Importance of Toys & Books in Child Development
Three aspects of the home literacy environment promote children’s learning and language:
- Learning Activities (e.g., daily book reading),
- Parenting Quality (e.g. responsiveness), and
- Learning Materials (e.g. age-appropriate toys and books)
Early experiences determine whether a child’s developing brain architecture provides a strong or weak foundation for all future learning
Importance of Toys in Child Development
A review of research concludes that play enhances early development from 33% to 77%.
Decades of research have documented that play has a crucial role in the optimal growth, learning, and development of children from infancy through adolescence.
Nearly everything the growing child needs to learn is developed and practiced in play & toys, including concrete skills, such as counting, motor co-ordination, speech and abstract skills, including imagination, problem-solving, planning, and ‘learning how to learn’.
It is true that children who show the highest levels of play involvement and complexity score high on various assessments of cognitive functioning and communication.
Competent children play more, and through play any child’s competence can be improved.
Playful children are happier, better adjusted, more co-operative, and more popular with their peers than those who play less.
Not just toys but RIGHT Toys and VARIETY of Toys make a positive impact on child’s development
- Right (Age Appropriate) Toys
For toys to be "effective" they should be suited to the child's age, abilities and interests. Each age group of children has distinct and unique developmental characteristics.
- Variety of Toys
In one study the availability of toys in infancy was related to the child’s IQ at 3 years of age.
Children with access to a wide range of well-selected toys are more likely to be challenged & stimulated and therefore reach higher levels of intellectual development.
“A well-selected range of toys will encourage children to explore the world around them in different ways, stimulating development of all the senses” Professor Jeffrey H. Goldstein - University of Utrecht, Netherlands.
A variety ensures that you promote the development of the whole child and not simply target specific developmental areas at the expense of others.
Importance of Books in Child Development
As a parent, reading to your child is one of the most important things you can do to boost your children's learning potential.
Below are some benefits that highlight the importance of introducing books to your child from birth (reading to your child):
- A stronger relationship with you
Reading is a nurturing activity that will bring you and your child closer.
- Academic Excellence
Numerous studies have shown that students who are exposed to reading before preschool are more likely to do well in all facets of formal education.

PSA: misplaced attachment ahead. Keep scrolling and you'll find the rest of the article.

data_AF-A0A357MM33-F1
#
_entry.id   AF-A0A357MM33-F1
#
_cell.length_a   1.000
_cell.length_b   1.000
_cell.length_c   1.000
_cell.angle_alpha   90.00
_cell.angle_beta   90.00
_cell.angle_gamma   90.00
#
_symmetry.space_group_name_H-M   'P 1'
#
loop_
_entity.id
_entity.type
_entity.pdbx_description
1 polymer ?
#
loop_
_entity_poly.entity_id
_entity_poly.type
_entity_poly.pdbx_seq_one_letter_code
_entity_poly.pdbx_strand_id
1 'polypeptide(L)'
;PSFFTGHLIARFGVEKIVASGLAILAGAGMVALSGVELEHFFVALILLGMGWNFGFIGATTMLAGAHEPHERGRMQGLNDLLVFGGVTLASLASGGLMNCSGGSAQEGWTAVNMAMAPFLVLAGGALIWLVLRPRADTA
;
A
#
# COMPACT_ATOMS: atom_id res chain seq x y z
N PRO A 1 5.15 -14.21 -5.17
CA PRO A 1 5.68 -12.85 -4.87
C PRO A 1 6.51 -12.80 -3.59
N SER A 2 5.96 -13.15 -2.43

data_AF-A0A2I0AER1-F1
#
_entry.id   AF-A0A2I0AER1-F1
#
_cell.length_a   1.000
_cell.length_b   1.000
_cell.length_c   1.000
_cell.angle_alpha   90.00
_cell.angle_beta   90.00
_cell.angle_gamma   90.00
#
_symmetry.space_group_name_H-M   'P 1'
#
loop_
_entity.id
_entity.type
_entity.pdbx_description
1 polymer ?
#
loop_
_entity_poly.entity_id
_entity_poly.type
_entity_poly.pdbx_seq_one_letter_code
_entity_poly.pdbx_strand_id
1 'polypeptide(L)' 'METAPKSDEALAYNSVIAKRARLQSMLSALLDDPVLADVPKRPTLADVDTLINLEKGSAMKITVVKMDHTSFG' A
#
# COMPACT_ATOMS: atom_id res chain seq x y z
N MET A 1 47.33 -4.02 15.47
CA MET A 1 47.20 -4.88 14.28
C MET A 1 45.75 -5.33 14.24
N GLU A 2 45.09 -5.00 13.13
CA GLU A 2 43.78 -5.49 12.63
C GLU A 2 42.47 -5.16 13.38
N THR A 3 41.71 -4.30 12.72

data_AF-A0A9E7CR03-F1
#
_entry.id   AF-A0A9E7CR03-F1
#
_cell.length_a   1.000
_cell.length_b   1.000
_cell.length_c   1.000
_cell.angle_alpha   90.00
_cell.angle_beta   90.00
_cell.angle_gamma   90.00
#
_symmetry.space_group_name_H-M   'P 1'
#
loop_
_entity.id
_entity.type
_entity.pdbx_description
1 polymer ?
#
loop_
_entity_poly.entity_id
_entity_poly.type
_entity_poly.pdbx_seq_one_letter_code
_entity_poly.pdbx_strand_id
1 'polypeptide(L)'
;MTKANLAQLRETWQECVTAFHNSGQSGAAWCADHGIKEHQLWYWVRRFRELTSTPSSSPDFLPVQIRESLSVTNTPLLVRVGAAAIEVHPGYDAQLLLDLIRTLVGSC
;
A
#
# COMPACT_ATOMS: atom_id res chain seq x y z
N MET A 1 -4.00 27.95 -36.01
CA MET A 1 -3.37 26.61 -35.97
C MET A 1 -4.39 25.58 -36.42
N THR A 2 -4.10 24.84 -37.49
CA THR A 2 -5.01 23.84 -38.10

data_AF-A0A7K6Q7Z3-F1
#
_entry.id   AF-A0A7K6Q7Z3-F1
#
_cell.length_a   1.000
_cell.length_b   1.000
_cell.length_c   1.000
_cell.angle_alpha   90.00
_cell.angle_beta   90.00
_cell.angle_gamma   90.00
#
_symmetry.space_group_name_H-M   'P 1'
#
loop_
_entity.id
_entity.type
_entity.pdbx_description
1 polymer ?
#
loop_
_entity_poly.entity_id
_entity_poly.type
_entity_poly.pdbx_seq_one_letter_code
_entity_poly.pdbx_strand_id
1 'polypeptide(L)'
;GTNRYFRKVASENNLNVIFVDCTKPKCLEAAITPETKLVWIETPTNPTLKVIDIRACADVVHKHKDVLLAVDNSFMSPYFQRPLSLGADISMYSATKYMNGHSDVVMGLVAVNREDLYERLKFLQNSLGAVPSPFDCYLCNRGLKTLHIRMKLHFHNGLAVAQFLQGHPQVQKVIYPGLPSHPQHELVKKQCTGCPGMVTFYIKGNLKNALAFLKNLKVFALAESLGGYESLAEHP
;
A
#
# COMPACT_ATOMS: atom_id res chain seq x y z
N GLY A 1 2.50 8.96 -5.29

- Basic Speech Skills
By listening to you read One Fish Two Fish Red Fish Blue Fish, your child is reinforcing the basic sounds that form language.
- The basics of how to read a book
Reading to your child will help him/her understand that that text is read from left to right, or that the words on a page are separate from the images.
- Better Communication Skills
By witnessing the interactions between the characters in the books you read, as well as the contact with you during story time, your child is gaining valuable communication skills.
- More Logical Thinking Skills
Another illustration of the importance of reading to children is their ability to grasp abstract concepts, apply logic in various scenarios, recognize cause and effect, and utilize good judgment.
- Enhanced concentration and discipline
Along with reading comprehension comes a stronger self-discipline, longer attention span, and better memory retention, all of which will serve your child well when she enters school.
- Instill a lifelong love of learning and reading
Early reading for toddlers helps them view books as an indulgence, not a chore. Kids who are exposed to reading are much more likely to choose books over video games, television, and other forms of entertainment as they grow older. Early readers not only become lifelong readers, but also lifelong learners.
An early childhood surrounded by books and educational toys will leave positive fingerprints on a person's brain well into their late teens, a two-decade-long research study has shown.
Scientists found that the more mental stimulation a child gets around the age of four, the more developed the parts of their brains dedicated to language and cognition will be in the decades ahead.
It really does support the idea that those early years (Birth to 6 years) are especially influential for the development of the child's personality, talents, mental & physical abilities to their fullest potential